(#)Love Affair (#)Steina

Steina’s “love affair” with art began at a young age but developed more through her teenage years; by this time she was consumed in art, Steina said, “I lived by it”. . She would attend every concert, opera or gallery show and said, “nothing else in life made any sense to me” (Malloy, 2003).  Steina met a man named Woody Vasulka in the early 1960’s in Prague. Woody was a film-maker and then became interested in video in 1969 and then introduced video to Steina.  Steina said “as soon as I had a camera in my hand – as soon as I had that majestic flow of time in my control – I knew I had my medium” (Malloy, 2003).

Woody and Steina took their portable video equipment out into New York, WBAI Free Music Store, Judson Church, Automation House, Max’s Kansas City, these are known to them as “cultural playgrounds” (Mallloy, 2003).

Steina had a love for gizmo’s; mechanical toys, optical gadgets and state-of-the-art electronics.  She would then utilise these gizmo’s to create monitors and embed them into the floor where they would sometimes stretch out from wall to wall in the gallery.  She would also build other environments for different installations (Malloy, 2003).

 

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Steina, 1986.  Geomania. Two-channel sound and video environment.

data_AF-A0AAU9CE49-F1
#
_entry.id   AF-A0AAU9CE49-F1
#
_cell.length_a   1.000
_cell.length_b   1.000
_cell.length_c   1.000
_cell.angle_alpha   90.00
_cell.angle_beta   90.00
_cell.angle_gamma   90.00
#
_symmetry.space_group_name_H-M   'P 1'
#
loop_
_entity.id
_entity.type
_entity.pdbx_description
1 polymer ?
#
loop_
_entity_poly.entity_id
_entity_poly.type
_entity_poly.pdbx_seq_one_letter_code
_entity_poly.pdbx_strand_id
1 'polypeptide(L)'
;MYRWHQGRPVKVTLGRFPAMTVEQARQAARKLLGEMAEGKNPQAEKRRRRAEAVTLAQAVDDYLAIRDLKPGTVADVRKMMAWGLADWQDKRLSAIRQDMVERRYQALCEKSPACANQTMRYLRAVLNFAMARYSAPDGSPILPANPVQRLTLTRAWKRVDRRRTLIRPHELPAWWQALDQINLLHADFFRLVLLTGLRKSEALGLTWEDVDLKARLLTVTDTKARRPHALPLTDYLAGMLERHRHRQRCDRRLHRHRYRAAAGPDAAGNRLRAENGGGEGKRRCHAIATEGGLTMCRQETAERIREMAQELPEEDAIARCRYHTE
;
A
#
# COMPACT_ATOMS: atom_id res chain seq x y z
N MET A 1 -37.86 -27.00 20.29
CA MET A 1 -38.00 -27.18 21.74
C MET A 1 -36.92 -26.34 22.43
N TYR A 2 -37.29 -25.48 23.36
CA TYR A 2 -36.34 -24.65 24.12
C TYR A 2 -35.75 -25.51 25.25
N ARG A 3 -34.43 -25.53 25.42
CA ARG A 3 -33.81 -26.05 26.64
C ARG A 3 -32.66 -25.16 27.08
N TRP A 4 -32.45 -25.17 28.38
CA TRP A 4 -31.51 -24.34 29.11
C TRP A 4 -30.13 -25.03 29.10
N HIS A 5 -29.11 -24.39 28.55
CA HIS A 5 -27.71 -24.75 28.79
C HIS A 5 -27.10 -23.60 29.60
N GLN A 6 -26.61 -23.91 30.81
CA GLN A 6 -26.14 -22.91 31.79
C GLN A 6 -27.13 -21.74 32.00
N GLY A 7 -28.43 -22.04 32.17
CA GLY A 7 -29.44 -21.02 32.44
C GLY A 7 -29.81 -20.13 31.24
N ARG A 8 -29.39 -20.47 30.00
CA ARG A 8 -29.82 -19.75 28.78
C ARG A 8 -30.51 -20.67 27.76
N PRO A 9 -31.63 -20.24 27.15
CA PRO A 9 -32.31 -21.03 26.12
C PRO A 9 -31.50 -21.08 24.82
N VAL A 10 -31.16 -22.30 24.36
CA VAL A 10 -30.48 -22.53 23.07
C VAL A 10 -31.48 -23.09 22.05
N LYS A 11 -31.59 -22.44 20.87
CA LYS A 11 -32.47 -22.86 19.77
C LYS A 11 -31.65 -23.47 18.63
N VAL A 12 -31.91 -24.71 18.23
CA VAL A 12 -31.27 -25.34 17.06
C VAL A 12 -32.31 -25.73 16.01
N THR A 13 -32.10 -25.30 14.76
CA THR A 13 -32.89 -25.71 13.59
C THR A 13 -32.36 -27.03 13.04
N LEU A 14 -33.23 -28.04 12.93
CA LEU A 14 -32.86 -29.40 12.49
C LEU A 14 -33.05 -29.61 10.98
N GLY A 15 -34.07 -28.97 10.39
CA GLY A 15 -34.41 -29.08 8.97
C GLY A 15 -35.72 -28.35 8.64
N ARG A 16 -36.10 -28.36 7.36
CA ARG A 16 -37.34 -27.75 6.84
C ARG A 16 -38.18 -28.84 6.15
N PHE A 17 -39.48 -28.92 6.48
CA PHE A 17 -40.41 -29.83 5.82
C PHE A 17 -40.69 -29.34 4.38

Geomania (1986) is stacked in a pyramid form.  Steina was given an exhibition site, she then had to improvise and conduct an installation work relevant and suitable for this site.  This work combines site-recorded imagery and layers of sound which have been taken from natural landscapes, and this work also includes electronically generated texture and colour (Malloy, 2003).

Steina talks about her ideas of an ideal exhibition space; this includes the experience of her works to be viewed in a dark space.  This is not always the case as various sites are known to be well lit or prepared for exhibitions for other types of art other than video.  She says,  “I want the viewers to be so absorbed by the work that they experience another level of mind” – and continues to say, “I expect them to share the kind of strong feeling I have for the material, and to my amazement, they sometimes do” (Malloy, 2003).

This is an extraction taken from the reference below . . .

Malloy, J. (2003). Women, Art an Technology. Massachusetts Institute of Technology.  Printed and bound in the United States of America.

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